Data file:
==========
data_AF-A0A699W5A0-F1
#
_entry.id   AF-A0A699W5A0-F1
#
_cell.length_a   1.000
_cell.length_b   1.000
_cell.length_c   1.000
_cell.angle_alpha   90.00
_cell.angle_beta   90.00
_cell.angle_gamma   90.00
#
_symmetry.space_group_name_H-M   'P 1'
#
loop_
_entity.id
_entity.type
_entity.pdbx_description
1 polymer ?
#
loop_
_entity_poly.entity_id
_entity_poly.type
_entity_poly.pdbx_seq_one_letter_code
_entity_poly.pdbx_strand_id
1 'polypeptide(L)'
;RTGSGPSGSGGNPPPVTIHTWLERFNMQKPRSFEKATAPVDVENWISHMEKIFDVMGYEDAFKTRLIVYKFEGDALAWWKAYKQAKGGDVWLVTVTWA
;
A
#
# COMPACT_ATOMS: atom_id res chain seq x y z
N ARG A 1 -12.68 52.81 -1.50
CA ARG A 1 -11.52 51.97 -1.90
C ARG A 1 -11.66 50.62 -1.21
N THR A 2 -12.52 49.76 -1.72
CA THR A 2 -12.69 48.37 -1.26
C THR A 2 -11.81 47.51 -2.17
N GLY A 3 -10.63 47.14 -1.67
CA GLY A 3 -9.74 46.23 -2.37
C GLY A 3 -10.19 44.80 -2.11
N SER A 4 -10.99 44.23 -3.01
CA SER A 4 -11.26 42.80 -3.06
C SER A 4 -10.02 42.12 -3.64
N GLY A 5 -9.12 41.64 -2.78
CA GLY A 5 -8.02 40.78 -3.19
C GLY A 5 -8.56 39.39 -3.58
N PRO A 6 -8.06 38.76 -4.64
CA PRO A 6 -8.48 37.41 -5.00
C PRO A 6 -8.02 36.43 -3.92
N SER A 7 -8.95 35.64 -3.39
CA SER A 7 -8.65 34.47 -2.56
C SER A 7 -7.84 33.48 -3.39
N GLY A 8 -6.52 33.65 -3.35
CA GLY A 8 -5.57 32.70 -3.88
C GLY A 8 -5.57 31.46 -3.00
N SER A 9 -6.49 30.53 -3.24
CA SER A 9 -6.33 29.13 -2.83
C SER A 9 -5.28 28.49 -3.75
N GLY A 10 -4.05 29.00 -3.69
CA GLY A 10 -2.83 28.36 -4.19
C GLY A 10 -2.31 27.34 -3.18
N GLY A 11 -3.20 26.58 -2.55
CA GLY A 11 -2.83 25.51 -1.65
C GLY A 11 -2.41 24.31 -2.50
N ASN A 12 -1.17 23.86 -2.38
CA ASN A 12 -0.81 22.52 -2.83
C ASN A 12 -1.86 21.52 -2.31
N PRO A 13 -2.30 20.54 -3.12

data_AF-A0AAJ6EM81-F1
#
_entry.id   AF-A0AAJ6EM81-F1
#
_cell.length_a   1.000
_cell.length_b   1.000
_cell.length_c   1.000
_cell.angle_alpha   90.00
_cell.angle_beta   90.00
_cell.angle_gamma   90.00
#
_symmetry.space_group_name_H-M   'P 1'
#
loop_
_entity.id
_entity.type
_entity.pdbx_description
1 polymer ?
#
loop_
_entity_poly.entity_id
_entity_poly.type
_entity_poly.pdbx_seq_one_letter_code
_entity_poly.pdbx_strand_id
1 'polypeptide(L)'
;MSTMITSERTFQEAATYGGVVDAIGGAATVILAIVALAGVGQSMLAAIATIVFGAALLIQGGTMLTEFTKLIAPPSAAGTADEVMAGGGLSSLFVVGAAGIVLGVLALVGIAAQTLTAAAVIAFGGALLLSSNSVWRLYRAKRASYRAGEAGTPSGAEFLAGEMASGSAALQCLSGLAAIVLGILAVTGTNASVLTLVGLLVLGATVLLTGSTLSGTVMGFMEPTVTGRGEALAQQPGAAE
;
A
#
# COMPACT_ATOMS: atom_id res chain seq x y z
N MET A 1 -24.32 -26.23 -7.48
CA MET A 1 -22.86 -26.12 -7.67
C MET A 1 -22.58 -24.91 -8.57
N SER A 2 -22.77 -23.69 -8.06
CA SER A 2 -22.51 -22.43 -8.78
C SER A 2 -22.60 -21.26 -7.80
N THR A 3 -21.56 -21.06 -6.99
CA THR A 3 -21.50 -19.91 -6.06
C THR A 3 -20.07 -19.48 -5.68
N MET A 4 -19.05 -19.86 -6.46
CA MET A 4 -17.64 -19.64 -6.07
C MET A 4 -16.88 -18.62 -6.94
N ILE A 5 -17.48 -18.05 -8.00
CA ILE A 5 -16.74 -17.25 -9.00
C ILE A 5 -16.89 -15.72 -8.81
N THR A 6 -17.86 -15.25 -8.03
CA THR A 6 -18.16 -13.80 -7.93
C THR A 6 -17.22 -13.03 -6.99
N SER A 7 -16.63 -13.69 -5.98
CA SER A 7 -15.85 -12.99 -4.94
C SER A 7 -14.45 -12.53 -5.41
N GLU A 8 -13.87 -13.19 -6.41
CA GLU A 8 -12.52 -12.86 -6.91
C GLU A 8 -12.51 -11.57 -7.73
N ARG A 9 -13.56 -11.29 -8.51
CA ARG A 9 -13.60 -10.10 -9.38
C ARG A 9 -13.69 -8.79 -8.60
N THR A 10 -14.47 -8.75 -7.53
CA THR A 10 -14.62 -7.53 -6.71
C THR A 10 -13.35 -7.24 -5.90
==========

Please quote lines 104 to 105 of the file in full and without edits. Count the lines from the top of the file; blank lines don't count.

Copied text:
N THR A 3 -21.56 -21.06 -6.99
CA THR A 3 -21.50 -19.91 -6.06